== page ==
Illustration by Terry Steadham
Just 50 miles off Palm Beach, Florida, lies the upper extremity of the Bahama Islands, an insular commonwealth that extends some 800 miles in a southeasterly direction to the north coast of Haiti. Most of the 700-island archipelago is undersea reef and sand, but 5,000 square miles break the surface and give each 40 inhabitants one square mile to share. Because the topsoil is so thinly infertile and fresh water is so rare, Bahamians have been forced to abandon the lands and cluster into the tourist societies of Nassau and Freeport, or into 60 scattered settlements that serve the cities with fish and sea salt.
This status quo could have left about 4,500 square miles on 650 islands completely uninhabited. However, smuggling fines and import duties are insufficient to support the expense of democracy. So, at the cost of $1,000 an acre, 100 islands have been purchased from the governors by development speculators, wealthy hermits, and yacht clubs searching for their place in the sun. This happily leaves 550 rocky and barren islands for adventurers to share with a few hardy birds and lizards. And, more importantly, provides a varied base and access to a coral sea.
For two years our home has been a lightweight nylon tent set in the shade of casuarina pines on one or another of these islands. It’s taken that long for my husband and me to make ourselves at home. Here, along the cays on the Bahamian littoral, we have come to feel increasingly at ease — have found a challenging privacy and isolation in which we are privileged to search for our own destiny.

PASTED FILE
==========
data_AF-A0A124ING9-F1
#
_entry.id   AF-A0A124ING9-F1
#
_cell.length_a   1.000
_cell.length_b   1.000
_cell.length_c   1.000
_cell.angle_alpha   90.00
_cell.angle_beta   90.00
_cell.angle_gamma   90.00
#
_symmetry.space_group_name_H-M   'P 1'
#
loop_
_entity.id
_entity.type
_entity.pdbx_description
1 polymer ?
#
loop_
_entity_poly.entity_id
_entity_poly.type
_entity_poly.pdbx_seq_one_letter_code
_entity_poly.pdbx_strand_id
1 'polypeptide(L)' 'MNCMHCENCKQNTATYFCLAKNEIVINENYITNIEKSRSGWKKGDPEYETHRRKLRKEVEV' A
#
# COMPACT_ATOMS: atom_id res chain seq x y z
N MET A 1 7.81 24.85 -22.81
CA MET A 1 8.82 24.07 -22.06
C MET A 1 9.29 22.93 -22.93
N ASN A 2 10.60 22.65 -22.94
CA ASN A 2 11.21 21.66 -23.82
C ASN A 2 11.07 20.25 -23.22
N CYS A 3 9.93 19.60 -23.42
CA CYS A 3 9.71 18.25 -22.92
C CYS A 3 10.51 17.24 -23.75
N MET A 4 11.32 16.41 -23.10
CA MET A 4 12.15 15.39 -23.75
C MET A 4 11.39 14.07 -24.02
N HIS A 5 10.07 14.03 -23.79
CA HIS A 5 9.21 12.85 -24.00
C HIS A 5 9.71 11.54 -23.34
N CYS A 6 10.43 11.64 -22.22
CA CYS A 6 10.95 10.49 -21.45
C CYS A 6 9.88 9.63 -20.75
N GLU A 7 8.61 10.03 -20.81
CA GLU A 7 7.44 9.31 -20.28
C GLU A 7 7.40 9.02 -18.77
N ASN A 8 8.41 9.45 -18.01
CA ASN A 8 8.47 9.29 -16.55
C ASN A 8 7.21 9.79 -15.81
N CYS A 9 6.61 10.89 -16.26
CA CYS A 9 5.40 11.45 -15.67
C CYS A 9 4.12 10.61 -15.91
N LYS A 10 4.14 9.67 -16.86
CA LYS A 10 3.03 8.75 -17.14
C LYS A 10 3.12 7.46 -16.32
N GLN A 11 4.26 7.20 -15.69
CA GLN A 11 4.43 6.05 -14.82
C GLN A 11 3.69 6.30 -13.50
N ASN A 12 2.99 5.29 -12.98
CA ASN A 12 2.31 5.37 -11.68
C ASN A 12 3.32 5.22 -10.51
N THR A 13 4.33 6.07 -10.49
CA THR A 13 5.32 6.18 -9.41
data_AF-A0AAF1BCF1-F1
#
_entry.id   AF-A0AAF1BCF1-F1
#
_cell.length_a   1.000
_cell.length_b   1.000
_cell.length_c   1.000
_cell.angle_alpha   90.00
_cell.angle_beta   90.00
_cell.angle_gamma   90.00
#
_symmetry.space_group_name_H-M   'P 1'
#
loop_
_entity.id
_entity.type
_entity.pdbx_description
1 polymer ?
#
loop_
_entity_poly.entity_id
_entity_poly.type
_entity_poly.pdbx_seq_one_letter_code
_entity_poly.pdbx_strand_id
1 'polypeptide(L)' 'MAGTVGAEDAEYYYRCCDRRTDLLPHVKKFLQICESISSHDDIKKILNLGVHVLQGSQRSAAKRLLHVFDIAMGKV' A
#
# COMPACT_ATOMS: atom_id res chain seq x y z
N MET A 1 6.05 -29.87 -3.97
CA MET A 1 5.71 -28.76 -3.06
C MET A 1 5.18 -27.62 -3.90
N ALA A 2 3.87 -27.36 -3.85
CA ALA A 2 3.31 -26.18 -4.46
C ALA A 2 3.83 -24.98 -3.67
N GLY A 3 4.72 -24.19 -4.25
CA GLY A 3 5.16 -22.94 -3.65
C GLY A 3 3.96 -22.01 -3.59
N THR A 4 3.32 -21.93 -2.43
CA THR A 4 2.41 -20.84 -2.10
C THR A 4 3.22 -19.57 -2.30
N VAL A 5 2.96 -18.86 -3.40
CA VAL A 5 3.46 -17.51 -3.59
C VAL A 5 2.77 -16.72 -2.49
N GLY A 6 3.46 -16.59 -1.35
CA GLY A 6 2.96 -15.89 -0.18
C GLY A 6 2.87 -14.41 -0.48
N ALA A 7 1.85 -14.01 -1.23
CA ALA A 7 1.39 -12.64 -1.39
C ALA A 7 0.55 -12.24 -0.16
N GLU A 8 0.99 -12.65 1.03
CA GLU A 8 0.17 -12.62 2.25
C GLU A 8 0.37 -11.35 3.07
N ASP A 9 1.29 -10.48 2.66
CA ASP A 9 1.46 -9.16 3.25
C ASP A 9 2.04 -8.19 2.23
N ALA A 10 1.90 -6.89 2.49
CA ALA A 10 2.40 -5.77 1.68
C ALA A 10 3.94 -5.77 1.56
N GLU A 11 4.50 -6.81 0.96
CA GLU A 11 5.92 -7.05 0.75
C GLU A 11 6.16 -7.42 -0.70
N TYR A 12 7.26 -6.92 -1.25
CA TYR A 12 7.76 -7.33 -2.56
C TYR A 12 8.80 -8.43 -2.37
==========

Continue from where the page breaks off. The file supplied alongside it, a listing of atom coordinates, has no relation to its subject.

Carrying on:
Certainly, such privacy exists elsewhere. But rare, and nonexistent within our ken, is the combination with such a favorable year-round climate, easy accessibility to the resources and friendships of North America, and availability of edible wild game and fish.
The best way to describe the climate is to say that it is very steady and very friendly to nudity. The average year-round temperature is 77° F. During the summer it’s 80° and during the winter 73°. On winter evenings, when the mercury gets down to 68°, the breeze chills. Then it’s fun to put on clothes and stand around the fire drinking hot cocoa. Through the worst winter storm night, our favorite visitor slept on the hammock sheltered by only a tarpaulin.
Although the 100-mile passage from the continent to Nassau is inexpensive ($65 round trip), it somehow doubles the price of civilized fruits. With rare exception, you may expect to pay double U.S.A. prices for food, hardware, and lodgings. Liquor is a rare exception. It’s slightly cheaper. From Nassau, distribution of goods and people to the Out Islands is maintained by air with the larger settlements, and by irregularly scheduled freighters with the smaller places. Overnight mail boats will take a passenger (in 4-bunk cabins on a first-come-gets-it basis) for $10, and $20 will cover the cost of bunk and board to the most distant of the Out Islands — Great Inagua.